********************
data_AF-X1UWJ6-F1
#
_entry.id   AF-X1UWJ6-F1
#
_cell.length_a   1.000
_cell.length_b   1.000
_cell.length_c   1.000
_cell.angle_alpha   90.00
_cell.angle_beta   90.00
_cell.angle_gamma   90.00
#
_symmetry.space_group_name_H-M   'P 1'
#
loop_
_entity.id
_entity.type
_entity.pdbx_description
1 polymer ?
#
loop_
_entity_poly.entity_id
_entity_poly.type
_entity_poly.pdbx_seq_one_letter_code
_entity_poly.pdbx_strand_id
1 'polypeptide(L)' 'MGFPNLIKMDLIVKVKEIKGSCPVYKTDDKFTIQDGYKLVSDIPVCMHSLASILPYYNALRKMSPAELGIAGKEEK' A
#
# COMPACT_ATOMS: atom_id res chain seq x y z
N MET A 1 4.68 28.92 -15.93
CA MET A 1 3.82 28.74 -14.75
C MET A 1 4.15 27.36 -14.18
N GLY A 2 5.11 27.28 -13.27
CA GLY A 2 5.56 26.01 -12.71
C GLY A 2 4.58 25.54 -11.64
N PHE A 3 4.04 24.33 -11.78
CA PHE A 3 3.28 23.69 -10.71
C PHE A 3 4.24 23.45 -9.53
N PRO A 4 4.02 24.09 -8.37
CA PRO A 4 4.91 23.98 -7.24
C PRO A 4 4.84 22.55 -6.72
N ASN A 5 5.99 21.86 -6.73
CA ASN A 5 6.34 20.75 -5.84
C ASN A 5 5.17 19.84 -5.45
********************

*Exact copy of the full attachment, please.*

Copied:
data_AF-X1UWJ6-F1
#
_entry.id   AF-X1UWJ6-F1
#
_cell.length_a   1.000
_cell.length_b   1.000
_cell.length_c   1.000
_cell.angle_alpha   90.00
_cell.angle_beta   90.00
_cell.angle_gamma   90.00
#
_symmetry.space_group_name_H-M   'P 1'
#
loop_
_entity.id
_entity.type
_entity.pdbx_description
1 polymer ?
#
loop_
_entity_poly.entity_id
_entity_poly.type
_entity_poly.pdbx_seq_one_letter_code
_entity_poly.pdbx_strand_id
1 'polypeptide(L)' 'MGFPNLIKMDLIVKVKEIKGSCPVYKTDDKFTIQDGYKLVSDIPVCMHSLASILPYYNALRKMSPAELGIAGKEEK' A
#
# COMPACT_ATOMS: atom_id res chain seq x y z
N MET A 1 4.68 28.92 -15.93
CA MET A 1 3.82 28.74 -14.75
C MET A 1 4.15 27.36 -14.18
N GLY A 2 5.11 27.28 -13.27
CA GLY A 2 5.56 26.01 -12.71
C GLY A 2 4.58 25.54 -11.64
N PHE A 3 4.04 24.33 -11.78
CA PHE A 3 3.28 23.69 -10.71
C PHE A 3 4.24 23.45 -9.53
N PRO A 4 4.02 24.09 -8.37
CA PRO A 4 4.91 23.98 -7.24
C PRO A 4 4.84 22.55 -6.72
N ASN A 5 5.99 21.86 -6.73
CA ASN A 5 6.34 20.75 -5.84
C ASN A 5 5.17 19.84 -5.45